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Xavier McKinney believes Packers' defense 'could be really special'

Top free-agent addition assuming major leadership role in Green Bay

S Xavier McKinney
S Xavier McKinney

GREEN BAY – Tuesday's OTA practice hadn't been over for more than a half-hour and new Packers safety Xavier McKinney was already sitting at his locker, studying his tablet.

The quick review session wasn't just to pass the time, nor was it just to scrutinize his own play, though that's certainly included. It's become a regular part of his routine and has a larger purpose.

McKinney likes to find what he thinks the coaches' critiques are going to be for the players' post-practice meetings, and give his fellow DBs a heads-up as to what they're about to hear.

"As soon as we get off the practice field, I try to go over the film and just see the little things," McKinney said. "See if we had any MEs (mental errors), see how we played as a group, and as a back end, the secondary."

It's just one of many ways the Packers' prized free-agent addition to their new defense in 2024 has assumed a significant leadership role, particularly at the revamped safety position.

While McKinney has to balance learning new coordinator Jeff Hafley's defense himself with mentoring a roomful of rookie draft picks and other young, developmental prospects, he's charging full speed ahead.

After a college career at Alabama and four NFL seasons with the Giants, McKinney is by no means overwhelmed by anything Hafley is asking of him. They've already discussed all the coverages he's run and the various ways he can be used in the deep middle and near the line of scrimmage.

He's up for all of it. For every question about how much more he can handle, he might as well have a sign on his forehead that says "bring it on." In his vision-based coverages, Hafley will have McKinney calling a number of shots, and the former second-round pick wouldn't want it any other way.

"For sure," he said. "I'm a guy, I like to have the control a little bit and I like to be able to set the tone for the rest of the guys."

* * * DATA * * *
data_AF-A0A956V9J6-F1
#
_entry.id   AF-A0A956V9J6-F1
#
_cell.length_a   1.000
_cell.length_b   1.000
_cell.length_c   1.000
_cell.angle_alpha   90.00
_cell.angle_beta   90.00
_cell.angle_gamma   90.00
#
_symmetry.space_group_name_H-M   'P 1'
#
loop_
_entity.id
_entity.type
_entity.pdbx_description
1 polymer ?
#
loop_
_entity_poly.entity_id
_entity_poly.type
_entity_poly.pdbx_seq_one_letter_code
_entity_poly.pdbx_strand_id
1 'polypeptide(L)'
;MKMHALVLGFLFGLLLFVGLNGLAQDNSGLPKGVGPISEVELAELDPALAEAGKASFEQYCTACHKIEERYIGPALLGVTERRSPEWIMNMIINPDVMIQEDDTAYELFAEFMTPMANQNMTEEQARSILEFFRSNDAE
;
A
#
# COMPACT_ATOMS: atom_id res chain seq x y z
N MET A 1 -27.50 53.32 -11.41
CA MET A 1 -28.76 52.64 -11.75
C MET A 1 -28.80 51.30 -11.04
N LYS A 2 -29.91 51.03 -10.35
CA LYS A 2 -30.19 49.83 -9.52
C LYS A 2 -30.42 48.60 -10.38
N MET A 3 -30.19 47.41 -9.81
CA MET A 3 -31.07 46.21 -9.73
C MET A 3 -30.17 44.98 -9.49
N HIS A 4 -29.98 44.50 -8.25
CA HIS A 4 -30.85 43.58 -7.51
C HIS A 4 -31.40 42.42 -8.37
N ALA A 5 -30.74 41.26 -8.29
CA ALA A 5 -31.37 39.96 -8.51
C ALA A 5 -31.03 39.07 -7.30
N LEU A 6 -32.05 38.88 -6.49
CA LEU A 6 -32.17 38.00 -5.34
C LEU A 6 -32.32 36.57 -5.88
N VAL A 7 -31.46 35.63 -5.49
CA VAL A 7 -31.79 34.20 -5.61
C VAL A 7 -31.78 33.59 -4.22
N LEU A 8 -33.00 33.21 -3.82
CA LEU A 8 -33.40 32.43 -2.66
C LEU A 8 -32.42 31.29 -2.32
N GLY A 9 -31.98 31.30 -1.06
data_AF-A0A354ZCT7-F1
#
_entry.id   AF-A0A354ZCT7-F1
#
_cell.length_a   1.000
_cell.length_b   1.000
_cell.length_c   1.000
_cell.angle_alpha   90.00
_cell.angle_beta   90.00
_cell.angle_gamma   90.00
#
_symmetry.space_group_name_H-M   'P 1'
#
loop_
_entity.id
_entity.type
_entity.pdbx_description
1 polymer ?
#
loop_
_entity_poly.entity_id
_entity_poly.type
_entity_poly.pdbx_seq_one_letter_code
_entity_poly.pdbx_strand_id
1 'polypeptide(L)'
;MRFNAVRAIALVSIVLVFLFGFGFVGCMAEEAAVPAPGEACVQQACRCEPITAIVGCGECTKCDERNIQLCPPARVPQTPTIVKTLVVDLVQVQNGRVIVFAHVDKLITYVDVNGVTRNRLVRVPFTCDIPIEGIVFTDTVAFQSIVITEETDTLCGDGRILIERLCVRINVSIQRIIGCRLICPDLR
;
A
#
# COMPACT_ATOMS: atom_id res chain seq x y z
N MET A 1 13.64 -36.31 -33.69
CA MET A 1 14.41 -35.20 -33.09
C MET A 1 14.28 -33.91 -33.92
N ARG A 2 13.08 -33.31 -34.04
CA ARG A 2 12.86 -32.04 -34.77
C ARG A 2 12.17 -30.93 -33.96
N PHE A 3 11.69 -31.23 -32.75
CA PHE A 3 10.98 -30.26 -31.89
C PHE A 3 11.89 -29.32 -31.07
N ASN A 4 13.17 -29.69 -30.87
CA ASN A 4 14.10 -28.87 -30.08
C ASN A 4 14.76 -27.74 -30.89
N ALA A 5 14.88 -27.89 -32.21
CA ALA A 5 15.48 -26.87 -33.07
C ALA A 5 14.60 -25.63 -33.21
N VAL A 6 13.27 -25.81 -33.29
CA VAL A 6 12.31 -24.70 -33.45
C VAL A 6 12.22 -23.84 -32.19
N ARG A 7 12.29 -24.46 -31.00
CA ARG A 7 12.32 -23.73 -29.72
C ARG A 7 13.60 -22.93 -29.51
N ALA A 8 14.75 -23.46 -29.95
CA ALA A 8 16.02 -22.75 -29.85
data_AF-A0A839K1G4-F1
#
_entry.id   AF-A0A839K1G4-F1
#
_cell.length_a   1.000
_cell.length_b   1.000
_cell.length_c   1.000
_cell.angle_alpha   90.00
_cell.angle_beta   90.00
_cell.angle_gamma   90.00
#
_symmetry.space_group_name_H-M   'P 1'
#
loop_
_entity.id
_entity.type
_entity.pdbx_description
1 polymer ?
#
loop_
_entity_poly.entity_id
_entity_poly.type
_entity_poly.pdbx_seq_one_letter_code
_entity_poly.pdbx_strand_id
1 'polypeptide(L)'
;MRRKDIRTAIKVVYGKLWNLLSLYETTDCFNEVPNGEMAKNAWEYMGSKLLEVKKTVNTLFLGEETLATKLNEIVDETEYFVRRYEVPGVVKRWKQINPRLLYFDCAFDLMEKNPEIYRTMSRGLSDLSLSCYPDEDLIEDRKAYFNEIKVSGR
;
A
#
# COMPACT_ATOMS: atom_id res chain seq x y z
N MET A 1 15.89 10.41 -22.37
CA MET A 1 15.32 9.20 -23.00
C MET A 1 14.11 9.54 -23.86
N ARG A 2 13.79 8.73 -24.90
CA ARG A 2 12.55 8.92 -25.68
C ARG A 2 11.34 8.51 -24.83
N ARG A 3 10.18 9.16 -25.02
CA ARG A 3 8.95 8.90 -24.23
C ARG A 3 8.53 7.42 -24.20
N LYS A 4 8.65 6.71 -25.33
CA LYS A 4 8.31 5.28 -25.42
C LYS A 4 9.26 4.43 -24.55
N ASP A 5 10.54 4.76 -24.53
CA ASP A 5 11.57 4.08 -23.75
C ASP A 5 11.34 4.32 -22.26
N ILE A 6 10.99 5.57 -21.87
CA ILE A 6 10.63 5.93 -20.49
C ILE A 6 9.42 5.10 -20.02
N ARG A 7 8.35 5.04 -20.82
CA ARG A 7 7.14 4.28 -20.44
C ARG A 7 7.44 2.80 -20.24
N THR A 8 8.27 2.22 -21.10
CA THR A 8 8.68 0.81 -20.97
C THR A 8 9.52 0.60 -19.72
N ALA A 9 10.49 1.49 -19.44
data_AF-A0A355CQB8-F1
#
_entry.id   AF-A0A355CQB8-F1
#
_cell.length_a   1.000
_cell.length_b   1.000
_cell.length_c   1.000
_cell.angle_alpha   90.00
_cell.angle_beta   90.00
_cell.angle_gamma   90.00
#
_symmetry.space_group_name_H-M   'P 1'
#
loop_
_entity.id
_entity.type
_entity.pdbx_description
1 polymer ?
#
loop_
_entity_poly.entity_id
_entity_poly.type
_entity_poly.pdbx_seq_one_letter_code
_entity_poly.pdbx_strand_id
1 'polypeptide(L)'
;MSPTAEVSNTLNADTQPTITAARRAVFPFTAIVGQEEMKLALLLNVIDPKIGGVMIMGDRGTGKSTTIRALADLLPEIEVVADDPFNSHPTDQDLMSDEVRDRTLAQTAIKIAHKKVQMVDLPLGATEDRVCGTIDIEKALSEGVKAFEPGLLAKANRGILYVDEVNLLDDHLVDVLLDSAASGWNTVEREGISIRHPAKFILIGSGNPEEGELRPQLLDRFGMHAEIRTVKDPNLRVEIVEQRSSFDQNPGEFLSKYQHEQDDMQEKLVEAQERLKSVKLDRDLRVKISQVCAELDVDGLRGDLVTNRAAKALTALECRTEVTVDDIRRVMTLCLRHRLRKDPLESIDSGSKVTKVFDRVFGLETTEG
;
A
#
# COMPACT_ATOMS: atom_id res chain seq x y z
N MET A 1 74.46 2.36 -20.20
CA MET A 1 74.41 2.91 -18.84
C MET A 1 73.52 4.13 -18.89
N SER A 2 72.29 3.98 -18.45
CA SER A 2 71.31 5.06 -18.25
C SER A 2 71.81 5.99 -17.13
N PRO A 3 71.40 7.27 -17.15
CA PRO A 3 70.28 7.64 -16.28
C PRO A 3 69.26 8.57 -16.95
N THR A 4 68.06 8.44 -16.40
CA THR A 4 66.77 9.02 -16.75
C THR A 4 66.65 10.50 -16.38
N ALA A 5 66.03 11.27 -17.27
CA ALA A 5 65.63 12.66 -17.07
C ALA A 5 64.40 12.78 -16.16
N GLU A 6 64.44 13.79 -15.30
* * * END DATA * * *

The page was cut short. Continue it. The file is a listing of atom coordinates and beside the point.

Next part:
That's precisely the type of player Head Coach Matt LaFleur thought the Packers were getting when they signed McKinney in the opening hours of free agency. When he visited Green Bay and went out to dinner with multiple coaches, LaFleur's first impression – what he called his "initial gut feel" – was clear.

"That this is a dude," LaFleur said, "and my experience with him up to this point is exactly that.

"It's not a shock why he was a captain in New York."

McKinney said he was just being himself at that dinner, and nothing's changed since he arrived. He credits his new teammates and the culture around them for allowing him to be himself, which has helped him fit in quickly and seamlessly.

He's also letting the young safeties pick his brain whenever they want, and LaFleur finds that invaluable because fellow players often times can get inexperienced teammates up to speed faster than coaches can.

The process of putting Hafley's defense together is still in its infancy, but it's obvious McKinney is excited. There's a big emphasis on turnovers, understandable given the Packers intercepted just seven passes in the regular season last year, with only one player recording more than one.

But getting turned loose to make those plays can only come after the basic responsibilities are learned and reliably executed.

"Obviously we're building right now, but I know eventually we'll get to the point where he'll give us the keys and let us do our thing," said McKinney, who had a career-best five interceptions in 2021 and then three more last season.

"That builds confidence in a lot of people, because we don't have to go out there and be timid or think too much about stuff. We can just go out there and play, and the turnovers will come with it."

That all sounds great in theory, and time will tell what comes to fruition. Regardless, McKinney's style is to lead with enthusiasm and positivity, and that's what he's all about right now.

"I think we could be really special," he said. "The sky's the limit for us as a defense.

"It's going to be fun, man."

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